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Feebee
19th August 2009, 10:02 AM
Well i got my new puppy today, and i would like to have him sleep in the crate, do i leave the crate downstairs (would i prefer he learns to sleep there) or do i put the crate in my room and move him when he gets older? he is 4 months old, the breeder said that she closes the dogs inside at 9pm, and they yip to be let out around 6am, sometimes there is a mess on the paper but recently there hasnt been

oh and hes fast asleep on my lap right now!

maddoglady
19th August 2009, 10:17 AM
If you start him sleeping upstairs thats where he will be for EVER.
Start him off where you want him to be permanently, he might cry for a night or 2 but will get use to it......mine all sleep upstairs.

Feebee
19th August 2009, 10:24 AM
If you start him sleeping upstairs thats where he will be for EVER.
Start him off where you want him to be permanently, he might cry for a night or 2 but will get use to it......mine all sleep upstairs.

k that was the answer i was looking for, but its so hard to hear him cry :( should i leave a light on for him? or not? the breeder didnt say if she did or not

maddoglady
19th August 2009, 11:03 AM
Drape a blanket over his crate, it will become his den and maybe leave the radio on low for him......hark at me the woman who has one Pup by the side of her bed another at the foot and 2 in her daughters room.

I mention the word bed and they all shoot upstairs. :rolleyes:

rajacadoo
19th August 2009, 11:04 AM
We got a new puppy a few days ago and we keep her up in our room (as she is not toilet trained) everytime we hear her yelping i take her out of the crate and take her outside for a wee because she usually screams when she needs to go. In a few weeks i will put her downstairs and she will stay there for her night life now...

Rajacadoo

*Pauline*
19th August 2009, 11:04 AM
should i leave a light on for him? or not? the breeder didnt say if she did or not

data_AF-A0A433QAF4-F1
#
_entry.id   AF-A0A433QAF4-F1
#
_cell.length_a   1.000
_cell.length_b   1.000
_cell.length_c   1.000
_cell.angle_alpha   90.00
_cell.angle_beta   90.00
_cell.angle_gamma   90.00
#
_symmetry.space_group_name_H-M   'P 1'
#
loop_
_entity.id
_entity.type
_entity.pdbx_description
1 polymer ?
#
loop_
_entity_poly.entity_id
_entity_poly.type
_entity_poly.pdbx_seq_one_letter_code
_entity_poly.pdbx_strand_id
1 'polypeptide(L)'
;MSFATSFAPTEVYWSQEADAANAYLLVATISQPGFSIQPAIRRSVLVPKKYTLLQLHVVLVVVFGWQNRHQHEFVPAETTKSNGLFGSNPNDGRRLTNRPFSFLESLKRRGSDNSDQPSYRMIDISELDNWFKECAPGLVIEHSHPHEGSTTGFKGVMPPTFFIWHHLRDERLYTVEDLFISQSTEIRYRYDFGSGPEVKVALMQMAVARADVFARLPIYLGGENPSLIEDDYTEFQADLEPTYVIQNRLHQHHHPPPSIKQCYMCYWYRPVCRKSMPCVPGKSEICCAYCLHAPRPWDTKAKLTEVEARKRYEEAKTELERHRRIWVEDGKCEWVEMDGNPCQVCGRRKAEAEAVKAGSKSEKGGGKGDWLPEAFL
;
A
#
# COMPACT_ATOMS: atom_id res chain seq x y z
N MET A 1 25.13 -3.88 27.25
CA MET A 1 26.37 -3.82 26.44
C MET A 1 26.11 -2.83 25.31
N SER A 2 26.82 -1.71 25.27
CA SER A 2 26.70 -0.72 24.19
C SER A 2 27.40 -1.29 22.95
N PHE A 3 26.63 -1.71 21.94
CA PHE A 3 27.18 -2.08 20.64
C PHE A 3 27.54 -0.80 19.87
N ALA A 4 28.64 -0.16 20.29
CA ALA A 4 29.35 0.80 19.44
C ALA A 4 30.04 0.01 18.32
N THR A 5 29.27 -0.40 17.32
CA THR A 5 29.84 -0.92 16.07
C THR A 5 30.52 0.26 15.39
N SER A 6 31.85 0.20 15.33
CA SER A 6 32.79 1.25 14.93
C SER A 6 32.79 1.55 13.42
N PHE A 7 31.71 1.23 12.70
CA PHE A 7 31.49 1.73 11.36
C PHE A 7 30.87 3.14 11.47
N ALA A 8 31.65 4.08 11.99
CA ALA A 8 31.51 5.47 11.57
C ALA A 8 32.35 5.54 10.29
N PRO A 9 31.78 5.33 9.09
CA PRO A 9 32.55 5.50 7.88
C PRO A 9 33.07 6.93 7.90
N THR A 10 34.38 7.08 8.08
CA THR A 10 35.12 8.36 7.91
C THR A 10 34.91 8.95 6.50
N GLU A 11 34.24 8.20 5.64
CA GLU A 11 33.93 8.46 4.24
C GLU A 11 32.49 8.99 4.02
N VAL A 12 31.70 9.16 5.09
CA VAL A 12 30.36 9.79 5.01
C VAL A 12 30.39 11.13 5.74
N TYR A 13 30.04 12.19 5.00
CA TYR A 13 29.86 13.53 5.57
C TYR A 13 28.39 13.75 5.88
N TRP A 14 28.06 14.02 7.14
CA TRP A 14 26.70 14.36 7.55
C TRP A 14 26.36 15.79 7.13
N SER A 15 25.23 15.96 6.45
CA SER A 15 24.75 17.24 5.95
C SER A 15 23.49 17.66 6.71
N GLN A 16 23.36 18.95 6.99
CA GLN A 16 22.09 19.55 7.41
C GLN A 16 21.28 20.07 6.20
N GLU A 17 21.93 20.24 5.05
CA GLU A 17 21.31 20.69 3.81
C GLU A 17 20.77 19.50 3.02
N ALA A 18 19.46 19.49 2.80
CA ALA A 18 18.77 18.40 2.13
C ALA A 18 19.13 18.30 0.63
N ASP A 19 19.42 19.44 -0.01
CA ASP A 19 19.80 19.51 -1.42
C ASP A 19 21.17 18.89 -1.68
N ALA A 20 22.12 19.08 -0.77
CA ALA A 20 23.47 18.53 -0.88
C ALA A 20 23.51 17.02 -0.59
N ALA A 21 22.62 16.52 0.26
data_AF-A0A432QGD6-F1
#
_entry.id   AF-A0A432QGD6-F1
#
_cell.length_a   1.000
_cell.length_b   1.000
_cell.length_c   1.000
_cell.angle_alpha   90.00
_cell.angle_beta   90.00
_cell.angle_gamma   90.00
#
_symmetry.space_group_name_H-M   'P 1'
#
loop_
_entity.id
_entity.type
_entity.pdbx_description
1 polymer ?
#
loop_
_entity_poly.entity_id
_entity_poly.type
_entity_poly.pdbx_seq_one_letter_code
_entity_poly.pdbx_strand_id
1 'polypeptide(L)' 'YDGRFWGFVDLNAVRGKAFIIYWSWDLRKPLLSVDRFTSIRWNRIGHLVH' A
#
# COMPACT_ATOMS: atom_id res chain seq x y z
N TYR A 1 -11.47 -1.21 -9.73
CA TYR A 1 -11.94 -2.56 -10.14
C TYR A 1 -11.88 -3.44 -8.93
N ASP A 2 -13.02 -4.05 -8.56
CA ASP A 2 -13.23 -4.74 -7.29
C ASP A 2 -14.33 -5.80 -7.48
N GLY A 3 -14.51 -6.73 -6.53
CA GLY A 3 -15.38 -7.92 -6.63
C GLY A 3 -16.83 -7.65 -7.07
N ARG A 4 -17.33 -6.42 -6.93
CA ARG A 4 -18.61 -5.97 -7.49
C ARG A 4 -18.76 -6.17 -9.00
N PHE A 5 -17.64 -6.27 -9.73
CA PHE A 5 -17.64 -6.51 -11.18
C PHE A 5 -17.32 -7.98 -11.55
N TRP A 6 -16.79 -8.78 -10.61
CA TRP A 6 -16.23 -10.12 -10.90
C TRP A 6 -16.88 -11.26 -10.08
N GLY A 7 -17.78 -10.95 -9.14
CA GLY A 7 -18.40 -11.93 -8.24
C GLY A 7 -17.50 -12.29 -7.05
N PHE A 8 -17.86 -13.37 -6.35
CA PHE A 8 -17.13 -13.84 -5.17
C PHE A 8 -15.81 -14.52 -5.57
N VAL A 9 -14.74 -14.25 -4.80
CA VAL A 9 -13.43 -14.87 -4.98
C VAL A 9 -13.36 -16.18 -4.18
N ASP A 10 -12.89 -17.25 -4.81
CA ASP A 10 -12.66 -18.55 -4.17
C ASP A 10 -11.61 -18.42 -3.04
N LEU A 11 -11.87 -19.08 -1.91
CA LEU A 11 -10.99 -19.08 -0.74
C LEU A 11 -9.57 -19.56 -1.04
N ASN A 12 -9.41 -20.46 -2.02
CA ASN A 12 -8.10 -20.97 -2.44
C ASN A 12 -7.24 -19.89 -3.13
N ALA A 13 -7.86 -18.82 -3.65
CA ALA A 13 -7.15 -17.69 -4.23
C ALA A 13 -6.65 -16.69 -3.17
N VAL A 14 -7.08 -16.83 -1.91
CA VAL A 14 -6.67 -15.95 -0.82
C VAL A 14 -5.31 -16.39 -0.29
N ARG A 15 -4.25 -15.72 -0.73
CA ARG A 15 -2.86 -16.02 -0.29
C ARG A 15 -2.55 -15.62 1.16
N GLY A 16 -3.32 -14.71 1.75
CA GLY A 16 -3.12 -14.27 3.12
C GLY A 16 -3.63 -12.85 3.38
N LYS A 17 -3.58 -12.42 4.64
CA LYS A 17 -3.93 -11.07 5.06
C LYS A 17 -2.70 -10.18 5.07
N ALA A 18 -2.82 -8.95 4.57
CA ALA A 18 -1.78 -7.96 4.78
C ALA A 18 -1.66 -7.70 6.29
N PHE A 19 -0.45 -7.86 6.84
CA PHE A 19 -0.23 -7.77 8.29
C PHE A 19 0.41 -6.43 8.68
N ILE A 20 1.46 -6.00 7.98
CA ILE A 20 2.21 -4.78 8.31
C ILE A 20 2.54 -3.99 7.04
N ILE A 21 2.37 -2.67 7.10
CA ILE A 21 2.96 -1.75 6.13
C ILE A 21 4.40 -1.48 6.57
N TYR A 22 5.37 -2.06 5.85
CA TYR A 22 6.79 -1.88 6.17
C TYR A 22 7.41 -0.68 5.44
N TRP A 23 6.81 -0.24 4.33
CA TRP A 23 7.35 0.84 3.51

Oh bless, sounds like you are definitely a Cavalier Mum! He might like a cuddly toy or a piece of your clothing. How long have you had him? I know it's hard but don't go down to him.

I started with the crate and after a year or so, progressed to the bed but I agree, crating a dog is important.

Oh I missed the bit where you said it's your first night. It'll settle especially as he is used to being crated. You'll be fine, he'll be fine. :hug:

Karlin
19th August 2009, 12:08 PM
I'd suggest starting by downloading this free book by one of the world's best dog trainers as it will help answer a lot of questions and also get you shaping your pup into the adult dog you wish him to be :) :

http://www.dogstardaily.com/training/after-you-get-your-puppy

If this is a young pup don't forget that you *cannot* leave him all night in a crate really; he will need to be taken out to relieve himself at 3-4am usually during the night for the first few weeks.

I don't think it matters that much where you keep your puppy -- all of my four have been moved from sleeping in the room, to crates, to another room, to another room in crates -- there's a few days' adjustment generally but most dogs make an easy transition. I think for young puppies it is comforting to have a person sleeping nearby and many guidebooks recommend having the pup by the bed. Not least because it is more likely the pup will awaken you rather than mess its crate -- which you rally never want to happen as it ruins crate training and is uncomfortable for the pup, and makes housetraining harder.

Feebee
19th August 2009, 12:29 PM
Oh bless, sounds like you are definitely a Cavalier Mum! He might like a cuddly toy or a piece of your clothing. How long have you had him? I know it's hard but don't go down to him.

I started with the crate and after a year or so, progressed to the bed but I agree, crating a dog is important.

Oh I missed the bit where you said it's your first night. It'll settle especially as he is used to being crated. You'll be fine, he'll be fine. :hug:

He hasn't been crated as such, they had a wire fence area inside so the dogs couldnt get through the whole house, we both had just had 1hour sleep i woke to hear him crying, so thought i would take him outside, no toileting so straight back into crate, he has stopped crying (took about 5mins)

in his crate he has a soft toy dog - dog safe, his doogy bedding and he has a heat pad thing (is only in one corner of his cage under his bedding its plastic, my sister had it for her kitten but it provides extra warmth if he wants it)

lorebringer
19th August 2009, 01:27 PM
First off, congrats on the new addition! :)